The concept and mathematical framework of the distance velocity–azimuth display (DVAD) methodology is presented. DVAD uses rVd (Doppler velocity scaled by the distance from the radar to a gate, r) as the basis to display, interpret, and extract information from single Doppler radar observations. Both linear and nonlinear wind fields can be represented by the same Cartesian polynomial with different orders. DVAD is mathematically concise and superior to the velocity–azimuth display (VAD) in interpreting and deducing flow characteristics. The rVd pattern of a two-dimensional linear wind field is exclusively in the form of a bivariate quadratic equation representing conic sections (e.g., ellipse, parabola, and hyperbola) centered at the radar depending only on divergence and deformation. The presence of a constant background flow translates the conic sections to a different origin away from the radar. It is possible to graphically estimate the characteristics of a linear wind field from the conical sections without performing a VAD analysis. DVAD analysis can deduce quantitative flow characteristics by a least squares fitting and/or a derivative method, and is a natural way to account for nonlinearity. The rVd pattern behaves similar to a type of velocity potential in fluid mechanics where (rVd) is a proxy of the true wind vector and is used to estimate the general flow pattern in the vicinity of the radar.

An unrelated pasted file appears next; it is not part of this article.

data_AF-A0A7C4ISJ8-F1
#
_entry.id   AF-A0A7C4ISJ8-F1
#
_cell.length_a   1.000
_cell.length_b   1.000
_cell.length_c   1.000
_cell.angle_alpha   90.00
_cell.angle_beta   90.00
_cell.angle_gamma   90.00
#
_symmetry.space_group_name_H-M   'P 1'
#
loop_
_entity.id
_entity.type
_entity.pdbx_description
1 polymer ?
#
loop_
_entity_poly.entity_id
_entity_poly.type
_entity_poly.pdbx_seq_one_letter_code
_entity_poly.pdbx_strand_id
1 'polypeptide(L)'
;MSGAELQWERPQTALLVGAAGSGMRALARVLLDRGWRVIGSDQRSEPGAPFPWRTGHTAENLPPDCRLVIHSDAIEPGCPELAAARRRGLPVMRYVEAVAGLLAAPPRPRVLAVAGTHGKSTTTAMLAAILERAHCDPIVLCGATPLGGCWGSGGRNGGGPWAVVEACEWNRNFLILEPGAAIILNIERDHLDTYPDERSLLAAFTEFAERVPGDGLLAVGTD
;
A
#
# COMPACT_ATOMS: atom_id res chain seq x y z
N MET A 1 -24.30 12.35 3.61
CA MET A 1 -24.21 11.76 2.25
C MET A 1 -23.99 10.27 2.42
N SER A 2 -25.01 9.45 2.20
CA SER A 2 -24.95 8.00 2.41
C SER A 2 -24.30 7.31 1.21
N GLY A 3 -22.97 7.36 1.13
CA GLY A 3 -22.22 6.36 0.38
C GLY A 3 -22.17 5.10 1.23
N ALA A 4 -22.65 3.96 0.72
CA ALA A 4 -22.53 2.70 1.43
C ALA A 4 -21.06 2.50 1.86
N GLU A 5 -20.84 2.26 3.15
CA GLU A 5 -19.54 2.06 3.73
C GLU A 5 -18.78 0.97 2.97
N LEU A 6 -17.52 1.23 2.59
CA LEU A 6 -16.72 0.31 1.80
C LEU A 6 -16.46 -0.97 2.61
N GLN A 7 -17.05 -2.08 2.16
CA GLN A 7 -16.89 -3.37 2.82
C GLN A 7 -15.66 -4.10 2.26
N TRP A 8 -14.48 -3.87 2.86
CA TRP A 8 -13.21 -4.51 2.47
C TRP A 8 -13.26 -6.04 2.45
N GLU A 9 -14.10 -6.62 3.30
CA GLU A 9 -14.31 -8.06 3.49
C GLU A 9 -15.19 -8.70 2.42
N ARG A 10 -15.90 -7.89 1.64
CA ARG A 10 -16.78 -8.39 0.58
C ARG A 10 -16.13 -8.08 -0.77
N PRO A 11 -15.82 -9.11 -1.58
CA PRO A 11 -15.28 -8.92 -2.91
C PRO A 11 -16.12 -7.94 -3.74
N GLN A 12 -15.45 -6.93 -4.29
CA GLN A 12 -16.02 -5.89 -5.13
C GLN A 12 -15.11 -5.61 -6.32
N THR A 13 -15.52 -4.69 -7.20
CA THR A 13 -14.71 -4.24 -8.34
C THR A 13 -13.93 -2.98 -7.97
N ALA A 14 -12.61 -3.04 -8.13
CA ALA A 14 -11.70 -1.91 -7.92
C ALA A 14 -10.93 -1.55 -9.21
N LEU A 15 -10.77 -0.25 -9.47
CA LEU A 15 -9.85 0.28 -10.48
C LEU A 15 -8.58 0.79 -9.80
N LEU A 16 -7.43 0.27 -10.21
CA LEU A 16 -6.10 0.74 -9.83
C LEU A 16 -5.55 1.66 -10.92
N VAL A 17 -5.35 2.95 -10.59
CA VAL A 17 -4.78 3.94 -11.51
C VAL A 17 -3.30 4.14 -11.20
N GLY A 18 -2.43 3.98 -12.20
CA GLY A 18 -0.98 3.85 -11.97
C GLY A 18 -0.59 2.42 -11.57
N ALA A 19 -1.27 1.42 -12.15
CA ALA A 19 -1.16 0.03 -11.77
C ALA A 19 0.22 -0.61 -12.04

The National Center for Atmospheric Research is sponsored by the National Science Foundation.

Corresponding author address: Dr. Wen-Chau Lee, National Center for Atmospheric Research, 3450 Mitchell Ln., Boulder, CO 80303. E-mail: wenchau@ucar.edu

Abstract